If you are interested in using the Internet to learn more about the effects of substance abuse, and about how to get clean and sober, there are many very useful websites to try. A page about Substance Abuse on the website of the Spinal Cord Injury Model System, which is maintained by the University of Alabama at Birmingham, provides links to their pages on the topics of alcohol, street drugs, smoking and substance abuse, where referrals to other websites and publications can be found. An article titled Alcohol and Your Health after Spinal Cord Injury appears in the July 2003 newsletter of the Arkansas Spinal Cord Commission; scroll down the document a few pages to find it. Interestingly, this article points out that having only one drink a day can have health benefits, but that there are many risks of drinking too much, including an increased chance of stroke, cancer, bleeding ulcers in the stomach, and damage to the liver or kidneys.

If you are wondering whether you, a friend or a family member might be drinking too much, an article about Alcohol Abuse on the website of Craig Hospital in Denver, Colorado, has good questions to ask yourself, and suggestions of where you can go for support. Try finding out more about Alcoholics Anonymous, a community-based, no-cost support group based on 12 steps to recovery and fellowship. A similar program for cocaine or crack users is Cocaine Anonymous, and Narcotics Anonymous helps users of heroin or other narcotic drugs. Remember that recovery from addiction is possible!

1 Kolakowsky-Hayner, S. A., Gourley III, E. V., Kreutzer, J. S., Marwitz, J. H., Meade, M. A., & Cifu, D. X. (2002). Post-injury substance abuse among persons with brain injury and persons with spinal cord injury. Brain Injury, 16, (7), 583-592.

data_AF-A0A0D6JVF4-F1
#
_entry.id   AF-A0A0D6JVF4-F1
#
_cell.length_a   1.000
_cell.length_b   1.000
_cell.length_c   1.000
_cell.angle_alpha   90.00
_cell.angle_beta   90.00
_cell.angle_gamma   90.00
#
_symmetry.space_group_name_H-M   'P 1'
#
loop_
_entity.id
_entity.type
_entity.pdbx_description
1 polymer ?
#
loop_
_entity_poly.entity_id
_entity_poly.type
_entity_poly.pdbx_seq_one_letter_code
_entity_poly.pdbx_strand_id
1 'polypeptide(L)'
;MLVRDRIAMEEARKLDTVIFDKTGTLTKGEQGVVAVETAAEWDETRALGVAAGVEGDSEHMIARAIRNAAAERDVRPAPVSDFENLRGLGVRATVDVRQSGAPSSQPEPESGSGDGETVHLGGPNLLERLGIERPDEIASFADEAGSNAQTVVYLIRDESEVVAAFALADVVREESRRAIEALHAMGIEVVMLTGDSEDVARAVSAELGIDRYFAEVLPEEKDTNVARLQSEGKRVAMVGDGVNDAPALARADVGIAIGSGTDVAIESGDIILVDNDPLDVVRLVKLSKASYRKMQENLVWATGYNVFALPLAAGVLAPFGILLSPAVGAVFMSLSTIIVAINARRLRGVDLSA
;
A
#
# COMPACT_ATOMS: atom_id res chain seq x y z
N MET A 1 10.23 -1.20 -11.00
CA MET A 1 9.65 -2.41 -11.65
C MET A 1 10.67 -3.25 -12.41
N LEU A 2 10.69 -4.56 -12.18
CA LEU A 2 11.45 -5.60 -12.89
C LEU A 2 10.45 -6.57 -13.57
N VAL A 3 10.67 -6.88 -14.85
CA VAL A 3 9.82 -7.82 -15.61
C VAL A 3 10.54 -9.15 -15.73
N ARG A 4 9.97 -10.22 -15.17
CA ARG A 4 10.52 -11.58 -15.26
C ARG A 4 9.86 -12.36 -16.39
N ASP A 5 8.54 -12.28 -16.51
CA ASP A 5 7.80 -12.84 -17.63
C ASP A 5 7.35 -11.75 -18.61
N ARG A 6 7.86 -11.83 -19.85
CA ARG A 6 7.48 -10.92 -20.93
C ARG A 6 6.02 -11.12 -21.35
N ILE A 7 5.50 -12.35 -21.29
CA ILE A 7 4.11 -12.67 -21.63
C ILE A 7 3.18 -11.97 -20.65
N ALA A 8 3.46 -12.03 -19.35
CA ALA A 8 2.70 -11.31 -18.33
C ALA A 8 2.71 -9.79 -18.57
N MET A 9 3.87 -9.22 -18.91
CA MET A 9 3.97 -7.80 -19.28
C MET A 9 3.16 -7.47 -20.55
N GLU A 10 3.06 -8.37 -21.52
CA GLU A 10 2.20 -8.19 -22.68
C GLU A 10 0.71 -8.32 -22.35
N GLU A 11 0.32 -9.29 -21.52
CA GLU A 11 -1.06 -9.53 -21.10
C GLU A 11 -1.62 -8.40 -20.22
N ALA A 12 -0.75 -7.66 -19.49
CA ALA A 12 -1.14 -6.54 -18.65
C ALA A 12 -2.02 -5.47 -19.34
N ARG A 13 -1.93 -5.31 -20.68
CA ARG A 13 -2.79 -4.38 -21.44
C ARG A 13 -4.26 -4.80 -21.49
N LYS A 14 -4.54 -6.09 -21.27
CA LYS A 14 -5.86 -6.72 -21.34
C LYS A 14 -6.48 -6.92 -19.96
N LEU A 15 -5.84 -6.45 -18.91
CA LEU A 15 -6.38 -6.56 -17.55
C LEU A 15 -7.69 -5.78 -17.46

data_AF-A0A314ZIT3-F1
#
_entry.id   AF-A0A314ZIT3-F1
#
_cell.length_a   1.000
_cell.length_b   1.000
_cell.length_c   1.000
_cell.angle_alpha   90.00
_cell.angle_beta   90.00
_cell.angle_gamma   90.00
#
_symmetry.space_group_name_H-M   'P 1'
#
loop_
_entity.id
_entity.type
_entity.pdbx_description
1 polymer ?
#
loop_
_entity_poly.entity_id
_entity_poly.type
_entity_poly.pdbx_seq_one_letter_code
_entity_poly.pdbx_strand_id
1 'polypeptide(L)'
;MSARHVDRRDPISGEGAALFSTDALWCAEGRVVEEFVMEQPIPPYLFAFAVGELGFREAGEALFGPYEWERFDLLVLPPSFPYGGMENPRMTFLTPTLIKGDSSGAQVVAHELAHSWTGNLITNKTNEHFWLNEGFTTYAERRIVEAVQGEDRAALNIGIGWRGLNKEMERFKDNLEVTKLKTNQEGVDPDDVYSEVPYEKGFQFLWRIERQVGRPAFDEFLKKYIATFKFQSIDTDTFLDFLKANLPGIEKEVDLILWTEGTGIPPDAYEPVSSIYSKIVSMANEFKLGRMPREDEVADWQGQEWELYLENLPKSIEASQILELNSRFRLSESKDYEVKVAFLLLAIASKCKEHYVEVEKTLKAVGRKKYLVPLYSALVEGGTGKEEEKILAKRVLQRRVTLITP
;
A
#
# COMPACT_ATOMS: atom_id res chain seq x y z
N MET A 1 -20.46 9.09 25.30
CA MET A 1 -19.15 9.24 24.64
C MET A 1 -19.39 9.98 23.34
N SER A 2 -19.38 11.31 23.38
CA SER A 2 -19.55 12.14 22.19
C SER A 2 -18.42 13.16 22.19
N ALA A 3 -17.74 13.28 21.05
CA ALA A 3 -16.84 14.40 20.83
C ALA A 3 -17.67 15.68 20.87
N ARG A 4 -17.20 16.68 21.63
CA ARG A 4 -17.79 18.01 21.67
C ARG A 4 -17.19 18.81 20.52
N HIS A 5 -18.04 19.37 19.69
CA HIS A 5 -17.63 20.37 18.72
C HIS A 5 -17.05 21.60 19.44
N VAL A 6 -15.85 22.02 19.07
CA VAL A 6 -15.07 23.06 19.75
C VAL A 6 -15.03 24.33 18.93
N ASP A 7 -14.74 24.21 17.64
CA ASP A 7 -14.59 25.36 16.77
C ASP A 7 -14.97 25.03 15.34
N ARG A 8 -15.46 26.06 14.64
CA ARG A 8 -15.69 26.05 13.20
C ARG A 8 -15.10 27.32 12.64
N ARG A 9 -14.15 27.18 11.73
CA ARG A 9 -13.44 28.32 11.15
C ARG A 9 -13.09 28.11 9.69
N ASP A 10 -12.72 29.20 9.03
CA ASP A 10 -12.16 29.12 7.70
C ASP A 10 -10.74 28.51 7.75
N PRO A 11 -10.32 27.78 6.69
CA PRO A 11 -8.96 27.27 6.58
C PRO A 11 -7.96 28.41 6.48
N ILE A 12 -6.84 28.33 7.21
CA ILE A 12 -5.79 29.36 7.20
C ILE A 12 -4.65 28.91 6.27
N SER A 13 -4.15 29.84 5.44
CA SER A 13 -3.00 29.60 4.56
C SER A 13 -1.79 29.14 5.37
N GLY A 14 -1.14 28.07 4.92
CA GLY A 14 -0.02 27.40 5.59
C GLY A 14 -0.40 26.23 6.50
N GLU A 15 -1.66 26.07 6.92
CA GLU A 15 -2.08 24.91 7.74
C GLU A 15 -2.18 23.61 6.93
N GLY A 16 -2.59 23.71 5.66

2 Bachman, S. S., Drainoni, M-L., & Tobias, C. (2003). Substance abuse treatment services for people with disabilities. Journal of Disability Policy Studies, 14, (3), 154-162.

3 Young, M. E., Rintala, D. H., Rossi, C. D., Hart, K. A., & Fuhrer, M. J. (1995). Alcohol and marijuana use in a community-based sample of persons with spinal cord injury. Archives of Physical Medicine and Rehabilitation, 76, 525-532.

4 Waters, R. L., Adkins, R. H., Sie, I., & Cressy, J. (1998). Postrehabilitation outcomes after spinal cord injury caused by firearms and motor vehicle crash among ethnically diverse groups. Archives of Physical Medicine and Rehabilitation, 79, 1237-1243.

5 McKinley, W. O., Kolakowsky, S. A., & Kreutzer, J. S. (1999). Substance abuse, violence and outcome after traumatic spinal cord injury. American Journal of Physical Medicine and Rehabilitation, 78, (4), 306-312.

6 Consortium for Spinal Cord Medicine. (2000). Pressure ulcer prevention and treatment following spinal cord injury: A clinical practice guideline for health-care professionals. Washington, DC: Paralyzed Veterans of America.

7 Krause, J. S., & Broderick, L. (2004). Patterns of recurrent pressure ulcers after spinal cord injury: Identification of risk and protective factors 5 or more years after onset. Archives of Physical Medicine and Rehabilitation, 85, 1257-1264.

8 Perez, M., & Pilsecker, C. (1994). Group psychotherapy with spinal cord injured substance abusers. Paraplegia, 32, 188-192.

9 DeJong, G., Palsbo, S. E., Beatty, P. W., Jones, G. C., Kroll, T. & Neri, M. T. (2002). The organization and financing of health services for persons with disabilities. The Milbank Quarterly, 80, 2, 261-301.